"I paint myself because I am so often alone and because I am the subject I know best," mused the Mexican artist Frida Kahlo of the 55 self-portraits she painted.  “I am looking for a deeper likeness than obtained by a photographer,” wrote Vincent Van Gogh of his 43 self-portraits.

Indeed, one of the most consistent themes running through the past 400 years of art history, in some ways perhaps the only constant, is that of the self-portrait performed by artists as dissimilar as the renaissance Leonardo de Vinci and the 20th century conceptualist Marcel Duchamp. And it was with that thought in mind that I surveyed the strong show “Close-Up: Contemporary Portraiture,” on view through September 7 at the Southampton Arts Center.

The show, curated by Leila Heller with Kelly Behun, is about portraiture in general and includes portraits in every possible style and medium of individuals in every social strata rendered in the style of the individual artists. The show is presented jointly by the Leila Heller Gallery of New York City and the Southampton Arts Center, which occupies the former Parrish Art Museum building on Jobs Lane in Southampton.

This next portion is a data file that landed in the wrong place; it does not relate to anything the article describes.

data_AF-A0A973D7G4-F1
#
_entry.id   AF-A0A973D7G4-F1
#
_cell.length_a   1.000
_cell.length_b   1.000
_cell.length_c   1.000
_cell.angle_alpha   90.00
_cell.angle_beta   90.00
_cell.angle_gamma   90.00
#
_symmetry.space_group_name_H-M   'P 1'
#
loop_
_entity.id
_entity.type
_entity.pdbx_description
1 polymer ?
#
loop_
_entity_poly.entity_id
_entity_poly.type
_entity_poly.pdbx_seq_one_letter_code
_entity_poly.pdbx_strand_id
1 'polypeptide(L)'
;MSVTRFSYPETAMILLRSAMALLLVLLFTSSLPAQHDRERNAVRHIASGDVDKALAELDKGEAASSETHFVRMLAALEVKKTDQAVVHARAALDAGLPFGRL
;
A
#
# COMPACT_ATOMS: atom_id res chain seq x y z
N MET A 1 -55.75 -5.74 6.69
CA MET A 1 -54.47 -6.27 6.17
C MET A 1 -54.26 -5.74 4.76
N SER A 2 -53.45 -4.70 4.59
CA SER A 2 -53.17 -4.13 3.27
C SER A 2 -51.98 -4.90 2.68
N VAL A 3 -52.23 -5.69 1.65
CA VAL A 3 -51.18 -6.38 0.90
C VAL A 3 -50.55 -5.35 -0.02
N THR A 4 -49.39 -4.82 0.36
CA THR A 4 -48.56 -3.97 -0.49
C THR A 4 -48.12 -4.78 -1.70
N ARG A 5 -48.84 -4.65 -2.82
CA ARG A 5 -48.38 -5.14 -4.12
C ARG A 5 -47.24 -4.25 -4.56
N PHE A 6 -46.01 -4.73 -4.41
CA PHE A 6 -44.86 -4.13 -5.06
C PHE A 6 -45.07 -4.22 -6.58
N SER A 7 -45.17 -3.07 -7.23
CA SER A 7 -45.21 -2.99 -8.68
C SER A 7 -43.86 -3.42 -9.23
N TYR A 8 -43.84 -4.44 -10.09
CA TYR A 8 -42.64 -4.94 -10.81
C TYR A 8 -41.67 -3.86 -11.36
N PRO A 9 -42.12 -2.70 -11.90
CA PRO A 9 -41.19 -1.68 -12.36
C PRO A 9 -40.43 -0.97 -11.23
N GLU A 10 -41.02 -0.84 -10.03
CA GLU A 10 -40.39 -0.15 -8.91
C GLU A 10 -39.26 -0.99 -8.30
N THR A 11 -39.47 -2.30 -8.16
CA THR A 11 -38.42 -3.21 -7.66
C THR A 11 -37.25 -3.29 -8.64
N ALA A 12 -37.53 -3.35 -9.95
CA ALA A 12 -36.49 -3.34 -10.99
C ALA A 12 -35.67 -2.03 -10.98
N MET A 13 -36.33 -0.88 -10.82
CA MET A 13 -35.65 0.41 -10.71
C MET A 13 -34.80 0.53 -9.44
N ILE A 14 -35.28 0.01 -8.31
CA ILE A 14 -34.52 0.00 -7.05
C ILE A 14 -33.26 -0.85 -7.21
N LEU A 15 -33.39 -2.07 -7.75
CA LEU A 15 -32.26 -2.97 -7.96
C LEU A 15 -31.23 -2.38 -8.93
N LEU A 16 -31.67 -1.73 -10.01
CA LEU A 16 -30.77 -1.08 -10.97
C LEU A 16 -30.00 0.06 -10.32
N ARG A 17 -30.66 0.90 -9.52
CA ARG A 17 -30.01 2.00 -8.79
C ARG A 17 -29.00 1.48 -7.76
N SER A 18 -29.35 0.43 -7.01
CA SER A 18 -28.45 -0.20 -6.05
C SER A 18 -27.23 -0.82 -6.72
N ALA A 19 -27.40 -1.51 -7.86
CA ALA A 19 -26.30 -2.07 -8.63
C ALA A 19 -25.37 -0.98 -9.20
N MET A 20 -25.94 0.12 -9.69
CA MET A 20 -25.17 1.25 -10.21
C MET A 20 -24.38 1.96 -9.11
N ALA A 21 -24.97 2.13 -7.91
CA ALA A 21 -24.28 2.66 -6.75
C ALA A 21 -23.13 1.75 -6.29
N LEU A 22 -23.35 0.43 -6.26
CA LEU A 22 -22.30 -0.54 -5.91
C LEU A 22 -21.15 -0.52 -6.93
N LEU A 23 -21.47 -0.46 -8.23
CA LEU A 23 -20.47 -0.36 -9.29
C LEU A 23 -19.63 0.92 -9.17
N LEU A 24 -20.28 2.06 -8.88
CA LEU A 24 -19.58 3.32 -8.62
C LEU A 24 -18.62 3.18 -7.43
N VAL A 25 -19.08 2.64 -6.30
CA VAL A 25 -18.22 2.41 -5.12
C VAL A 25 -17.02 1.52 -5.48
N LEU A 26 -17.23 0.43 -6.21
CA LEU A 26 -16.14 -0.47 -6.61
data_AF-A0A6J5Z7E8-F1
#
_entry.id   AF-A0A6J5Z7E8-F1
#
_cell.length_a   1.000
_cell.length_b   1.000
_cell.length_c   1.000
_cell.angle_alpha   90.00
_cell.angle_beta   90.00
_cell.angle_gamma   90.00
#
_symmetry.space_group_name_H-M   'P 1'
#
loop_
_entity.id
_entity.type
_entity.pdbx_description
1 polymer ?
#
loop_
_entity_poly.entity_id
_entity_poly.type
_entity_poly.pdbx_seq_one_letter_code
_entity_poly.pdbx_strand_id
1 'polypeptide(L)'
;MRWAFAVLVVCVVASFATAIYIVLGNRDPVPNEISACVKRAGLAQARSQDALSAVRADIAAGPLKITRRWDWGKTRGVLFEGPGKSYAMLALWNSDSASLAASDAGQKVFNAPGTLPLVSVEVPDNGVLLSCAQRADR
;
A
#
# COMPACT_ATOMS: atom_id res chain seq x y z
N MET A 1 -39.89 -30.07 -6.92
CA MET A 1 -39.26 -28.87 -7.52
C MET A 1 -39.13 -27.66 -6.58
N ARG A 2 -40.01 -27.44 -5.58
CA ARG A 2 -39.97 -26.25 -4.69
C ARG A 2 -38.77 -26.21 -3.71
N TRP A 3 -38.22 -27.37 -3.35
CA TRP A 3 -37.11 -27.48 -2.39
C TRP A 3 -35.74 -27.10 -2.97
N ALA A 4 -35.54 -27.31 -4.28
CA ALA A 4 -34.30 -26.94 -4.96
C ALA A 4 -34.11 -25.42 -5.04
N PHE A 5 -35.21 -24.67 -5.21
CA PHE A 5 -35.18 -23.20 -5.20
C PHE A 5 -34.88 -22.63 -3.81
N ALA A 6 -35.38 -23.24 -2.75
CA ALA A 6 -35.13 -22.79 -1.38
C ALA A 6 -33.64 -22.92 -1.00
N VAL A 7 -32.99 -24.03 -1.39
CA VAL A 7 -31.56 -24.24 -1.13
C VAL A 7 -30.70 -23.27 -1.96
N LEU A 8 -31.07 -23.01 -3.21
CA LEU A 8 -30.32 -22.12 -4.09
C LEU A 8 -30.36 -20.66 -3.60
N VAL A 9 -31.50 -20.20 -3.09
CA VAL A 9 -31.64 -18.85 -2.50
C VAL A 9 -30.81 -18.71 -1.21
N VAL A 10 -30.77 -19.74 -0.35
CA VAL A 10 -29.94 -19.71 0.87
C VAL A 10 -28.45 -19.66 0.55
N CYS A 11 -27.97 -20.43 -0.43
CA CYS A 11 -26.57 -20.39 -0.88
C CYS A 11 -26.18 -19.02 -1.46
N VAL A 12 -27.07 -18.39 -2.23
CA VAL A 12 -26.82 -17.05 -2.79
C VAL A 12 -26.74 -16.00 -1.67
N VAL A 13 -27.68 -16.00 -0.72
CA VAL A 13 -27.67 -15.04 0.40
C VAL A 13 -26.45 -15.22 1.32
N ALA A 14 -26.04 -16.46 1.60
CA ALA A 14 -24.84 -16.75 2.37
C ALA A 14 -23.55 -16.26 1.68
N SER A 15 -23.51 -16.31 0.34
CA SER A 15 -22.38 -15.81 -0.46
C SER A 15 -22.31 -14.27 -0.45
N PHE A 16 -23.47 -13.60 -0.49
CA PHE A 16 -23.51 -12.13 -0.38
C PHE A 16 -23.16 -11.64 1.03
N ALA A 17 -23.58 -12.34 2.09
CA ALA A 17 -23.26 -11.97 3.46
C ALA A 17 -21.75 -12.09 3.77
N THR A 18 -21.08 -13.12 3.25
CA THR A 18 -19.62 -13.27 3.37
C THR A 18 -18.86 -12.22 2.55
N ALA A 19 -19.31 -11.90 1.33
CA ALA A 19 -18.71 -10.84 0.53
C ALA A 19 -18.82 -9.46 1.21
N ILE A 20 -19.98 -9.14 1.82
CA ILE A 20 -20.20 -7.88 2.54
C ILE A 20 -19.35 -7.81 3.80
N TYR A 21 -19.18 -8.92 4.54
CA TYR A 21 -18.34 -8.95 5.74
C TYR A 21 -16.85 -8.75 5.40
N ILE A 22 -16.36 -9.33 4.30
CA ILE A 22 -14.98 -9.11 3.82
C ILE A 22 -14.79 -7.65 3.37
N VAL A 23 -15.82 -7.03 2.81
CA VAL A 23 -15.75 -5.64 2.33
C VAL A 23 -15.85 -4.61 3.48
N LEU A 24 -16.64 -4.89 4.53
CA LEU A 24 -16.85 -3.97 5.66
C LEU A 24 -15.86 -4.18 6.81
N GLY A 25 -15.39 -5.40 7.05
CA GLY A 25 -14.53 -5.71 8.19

The portrait has always provided the bread and butter income of artists whose developed style attracts customers seeking to have their likeness memorialized in a unique way. Julian Schnabel’s Portrait of Geoffrey Bradfield, rendered in the artist’s early signature style of broken-plate painting, is one example of this kind of portraiture that is included in this show.

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"Portrait of Geoffrey Bradfield" by Julian Schnabel, 2009. Plates, Bondo on wood, 60 x 48 inches.

"Portrait of Geoffrey Bradfield" by Julian Schnabel, 2009. Plates, Bondo on wood, 60 x 48 inches.

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Another example of signature-style representation is the staged portrait photography of Annie Leibovitz, whose Alice in Wonderland tableau of a ghoulish Donatella Versace and others is smartly included.